Friday, July 24, 2009

Let him rave on, that men will know him mad.

Wow, just... wow.

I'm a big believer in trial by jury but occasionally you get some ignorant yahoos that make some pretty ridiculous decisions. This trial is a glaring example of such a case.

Yes; I wasn't in that courtroom listening to weeks of testimony. I'm not privy to all the information the jurors had to reach their verdict.

None of that changes the central fact of this case: this couple through the process of faith healing allowed their 15-month-old daughter to die a long, painful death from pneumonia. Take religion out of the equation- at it's base this is case of neglect and manslaughter.

Still want to give the jury the benefit of the doubt? Read this account of how the jury reached their verdict and tell me if you still feel the same way.

Here's juror Ken Byers account of the process:

"Trying to come to a consensus was trying to understand each others' viewpoints," Byers said. "And trying to say what's reasonable for me might not be reasonable to somebody else, or vice versa. That was pretty much the dynamic."

Huh? I was under this odd misunderstanding that the purpose of a jury was to listen to the facts of the case as presented and then consider those facts within the context of the law. Apparently the job of a jury is instead to come up with some happy consensus, sort of like a neighborhood association voting on what Christmas decorations are and are not appropriate. Silly fucking me.

BTW- the article mentions Byers went into the trial leaning towards guilty. Nothing in the article other than his empathy for other jurors who were sympathetic to the Worthingtons explains his change of heart. Fuck him for not standing by his convictions or the facts.

Thanks to these geniuses on the jury more Oregon children are going to die for no good reason and more jackasses are going to try and use their faith as a trump card when they do something to harm, through action or inaction, those that they're responsible for protecting.

If I sound angry about this that's because I am. This jury failed.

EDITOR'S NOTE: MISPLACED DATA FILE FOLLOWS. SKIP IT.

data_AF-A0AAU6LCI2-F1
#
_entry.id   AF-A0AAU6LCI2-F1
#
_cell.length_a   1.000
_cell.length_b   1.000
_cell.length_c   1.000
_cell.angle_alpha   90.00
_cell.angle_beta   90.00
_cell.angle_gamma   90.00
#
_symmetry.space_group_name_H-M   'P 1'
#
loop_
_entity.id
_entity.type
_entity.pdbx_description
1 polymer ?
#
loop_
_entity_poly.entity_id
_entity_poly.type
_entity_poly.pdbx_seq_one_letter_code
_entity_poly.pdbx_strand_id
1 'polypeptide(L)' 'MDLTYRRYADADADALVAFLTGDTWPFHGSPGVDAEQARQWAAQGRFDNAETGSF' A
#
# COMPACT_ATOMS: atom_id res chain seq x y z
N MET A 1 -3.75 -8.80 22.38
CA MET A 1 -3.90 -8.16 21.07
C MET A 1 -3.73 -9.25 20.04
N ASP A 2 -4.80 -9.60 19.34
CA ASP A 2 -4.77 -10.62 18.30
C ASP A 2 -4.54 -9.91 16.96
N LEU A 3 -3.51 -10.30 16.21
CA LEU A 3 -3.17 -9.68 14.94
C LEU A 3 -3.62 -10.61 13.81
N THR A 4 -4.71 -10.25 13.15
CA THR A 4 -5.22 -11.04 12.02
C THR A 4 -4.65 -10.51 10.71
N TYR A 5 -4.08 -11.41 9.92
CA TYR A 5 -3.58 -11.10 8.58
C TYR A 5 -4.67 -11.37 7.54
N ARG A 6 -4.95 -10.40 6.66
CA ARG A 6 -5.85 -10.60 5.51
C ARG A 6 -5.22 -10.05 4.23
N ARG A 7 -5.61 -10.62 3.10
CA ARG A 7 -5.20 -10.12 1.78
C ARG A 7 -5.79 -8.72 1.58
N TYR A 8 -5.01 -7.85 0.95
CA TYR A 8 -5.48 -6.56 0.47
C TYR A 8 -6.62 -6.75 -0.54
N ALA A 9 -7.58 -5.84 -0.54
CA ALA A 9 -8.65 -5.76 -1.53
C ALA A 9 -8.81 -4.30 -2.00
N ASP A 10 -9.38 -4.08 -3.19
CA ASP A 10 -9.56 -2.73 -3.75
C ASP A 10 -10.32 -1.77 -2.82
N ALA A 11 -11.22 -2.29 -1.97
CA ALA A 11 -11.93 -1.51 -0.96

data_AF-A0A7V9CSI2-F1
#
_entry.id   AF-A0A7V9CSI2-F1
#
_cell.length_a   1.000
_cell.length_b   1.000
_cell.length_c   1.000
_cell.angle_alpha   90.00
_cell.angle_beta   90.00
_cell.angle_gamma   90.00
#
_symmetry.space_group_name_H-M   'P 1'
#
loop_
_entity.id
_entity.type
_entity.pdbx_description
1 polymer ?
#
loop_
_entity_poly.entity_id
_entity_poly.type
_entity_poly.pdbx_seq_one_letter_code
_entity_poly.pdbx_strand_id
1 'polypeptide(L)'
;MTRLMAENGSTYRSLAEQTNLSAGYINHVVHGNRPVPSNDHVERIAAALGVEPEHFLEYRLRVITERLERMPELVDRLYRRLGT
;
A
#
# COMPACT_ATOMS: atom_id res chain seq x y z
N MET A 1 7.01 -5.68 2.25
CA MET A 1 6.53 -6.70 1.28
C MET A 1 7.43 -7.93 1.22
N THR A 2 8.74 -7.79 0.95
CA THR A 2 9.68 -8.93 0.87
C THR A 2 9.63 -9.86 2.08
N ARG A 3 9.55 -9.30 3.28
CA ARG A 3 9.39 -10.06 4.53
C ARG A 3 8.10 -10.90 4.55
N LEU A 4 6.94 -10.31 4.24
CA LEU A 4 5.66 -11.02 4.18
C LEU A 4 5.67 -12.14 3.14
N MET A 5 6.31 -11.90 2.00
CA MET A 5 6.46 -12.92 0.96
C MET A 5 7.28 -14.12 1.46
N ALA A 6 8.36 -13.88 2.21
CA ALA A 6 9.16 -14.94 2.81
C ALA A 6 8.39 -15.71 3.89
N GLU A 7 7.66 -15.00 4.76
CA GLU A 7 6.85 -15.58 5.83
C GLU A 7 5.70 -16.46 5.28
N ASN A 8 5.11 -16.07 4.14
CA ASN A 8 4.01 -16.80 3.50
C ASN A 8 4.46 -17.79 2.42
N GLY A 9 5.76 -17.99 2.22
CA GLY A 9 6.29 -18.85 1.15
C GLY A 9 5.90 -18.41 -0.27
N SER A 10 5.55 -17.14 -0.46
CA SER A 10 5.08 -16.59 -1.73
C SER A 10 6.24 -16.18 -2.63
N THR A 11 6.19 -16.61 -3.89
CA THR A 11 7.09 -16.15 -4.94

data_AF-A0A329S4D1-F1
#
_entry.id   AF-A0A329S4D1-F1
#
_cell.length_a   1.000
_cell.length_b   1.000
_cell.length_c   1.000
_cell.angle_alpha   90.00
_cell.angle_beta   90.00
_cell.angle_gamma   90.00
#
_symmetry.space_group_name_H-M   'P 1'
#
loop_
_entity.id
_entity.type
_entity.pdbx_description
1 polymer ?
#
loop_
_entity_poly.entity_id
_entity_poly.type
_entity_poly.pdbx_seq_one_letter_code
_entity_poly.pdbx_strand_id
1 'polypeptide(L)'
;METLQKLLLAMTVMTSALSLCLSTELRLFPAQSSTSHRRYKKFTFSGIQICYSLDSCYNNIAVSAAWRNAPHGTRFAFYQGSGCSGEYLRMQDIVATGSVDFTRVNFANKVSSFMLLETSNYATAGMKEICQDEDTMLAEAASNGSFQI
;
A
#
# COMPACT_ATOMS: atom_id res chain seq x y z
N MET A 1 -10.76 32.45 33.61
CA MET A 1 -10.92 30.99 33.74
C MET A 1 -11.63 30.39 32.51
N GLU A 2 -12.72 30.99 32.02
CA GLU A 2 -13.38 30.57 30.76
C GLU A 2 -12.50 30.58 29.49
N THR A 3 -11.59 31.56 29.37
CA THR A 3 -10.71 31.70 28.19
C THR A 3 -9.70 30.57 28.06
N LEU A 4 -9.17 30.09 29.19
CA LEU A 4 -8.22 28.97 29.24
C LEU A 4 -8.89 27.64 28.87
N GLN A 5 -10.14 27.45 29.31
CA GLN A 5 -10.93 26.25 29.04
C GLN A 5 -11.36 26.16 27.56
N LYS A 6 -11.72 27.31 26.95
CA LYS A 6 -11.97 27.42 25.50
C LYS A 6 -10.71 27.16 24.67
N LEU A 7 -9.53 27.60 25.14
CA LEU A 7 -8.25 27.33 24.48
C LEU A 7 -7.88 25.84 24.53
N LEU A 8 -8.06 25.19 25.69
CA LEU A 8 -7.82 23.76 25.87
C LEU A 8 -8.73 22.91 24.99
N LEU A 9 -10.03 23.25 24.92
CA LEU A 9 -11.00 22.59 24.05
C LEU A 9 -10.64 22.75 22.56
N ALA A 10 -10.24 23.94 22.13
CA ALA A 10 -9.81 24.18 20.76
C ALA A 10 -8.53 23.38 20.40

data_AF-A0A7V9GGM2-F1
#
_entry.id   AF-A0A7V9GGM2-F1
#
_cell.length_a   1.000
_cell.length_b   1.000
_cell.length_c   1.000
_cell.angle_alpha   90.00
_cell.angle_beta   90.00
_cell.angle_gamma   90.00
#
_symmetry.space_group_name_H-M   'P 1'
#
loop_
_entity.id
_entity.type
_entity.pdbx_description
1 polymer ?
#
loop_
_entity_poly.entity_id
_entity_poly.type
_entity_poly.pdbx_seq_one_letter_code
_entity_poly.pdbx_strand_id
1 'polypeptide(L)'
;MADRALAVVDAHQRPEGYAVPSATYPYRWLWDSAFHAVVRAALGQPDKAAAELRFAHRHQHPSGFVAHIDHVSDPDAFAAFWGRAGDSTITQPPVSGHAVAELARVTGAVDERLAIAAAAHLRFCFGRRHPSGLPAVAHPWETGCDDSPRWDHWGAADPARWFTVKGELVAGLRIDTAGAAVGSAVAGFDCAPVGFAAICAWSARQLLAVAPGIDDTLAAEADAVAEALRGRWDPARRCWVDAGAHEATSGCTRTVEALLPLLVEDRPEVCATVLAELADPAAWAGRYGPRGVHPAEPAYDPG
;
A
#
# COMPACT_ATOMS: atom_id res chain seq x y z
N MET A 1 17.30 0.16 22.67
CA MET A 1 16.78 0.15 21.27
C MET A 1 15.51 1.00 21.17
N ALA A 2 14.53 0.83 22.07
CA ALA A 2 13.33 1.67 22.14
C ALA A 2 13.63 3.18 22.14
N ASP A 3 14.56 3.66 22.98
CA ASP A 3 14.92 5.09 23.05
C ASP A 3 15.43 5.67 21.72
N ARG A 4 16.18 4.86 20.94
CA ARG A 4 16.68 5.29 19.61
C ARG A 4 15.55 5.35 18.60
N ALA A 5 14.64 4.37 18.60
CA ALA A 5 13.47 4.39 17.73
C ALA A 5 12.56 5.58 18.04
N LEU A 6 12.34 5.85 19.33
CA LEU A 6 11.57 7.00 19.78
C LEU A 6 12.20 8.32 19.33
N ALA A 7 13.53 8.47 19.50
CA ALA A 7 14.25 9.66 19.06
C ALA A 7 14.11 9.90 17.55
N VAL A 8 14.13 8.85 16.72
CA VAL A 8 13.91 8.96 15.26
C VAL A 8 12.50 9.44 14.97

Monday, July 20, 2009

I had a most startling dream. You were trying to to tell me something.

I was gonna write some deeply insightful plea for continued exploration of space on the anniversary of Apollo, but instead let me just lament that I didn't make it to Trek in the Park this weekend and don't look to have the time next weekend as we're off to the coast to go camping.

I've read mostly good reviews for Atomic Theater's live reenactment of the Star Trek episode "Amok Time" with only one dissenting jerk bitching that Portland "tries to hard too be weird." It's not that Portland is trying too hard, it's that the rest of y'alls cities aren't trying hard enough. Put your backs into it guys!

For the record: I'm pro-space. To be more precise I'm pro-manned exploration of space. They're all sorts of reasons for this but mostly it stems from my humanism. I believe that man needs challenges (science/ exploration) or he makes up challenges of his own to occupy his time (war.)

One of the most deeply moving things I've ever read was a piece Carl Sagan wrote in Parade magazine during the height of the cold war. He passionately laid out the case for a joint mission to mars with the then USSR. I would like to see the same industry we apply to fighting wars to feeding the people on this planet, curing all of the horrible diseases that plague us, saving the environment and exploring the unknown instead. That's the dream that makes me smile.

Here are some wonderful stories of where people were on the date we landed on the moon written by famous science fiction writers. What humans imagine they can eventually do. Let's do a little more imagining of a world that looks like Star Trek and a little less blowing shit up.


Also- RIP Walter Cronkite.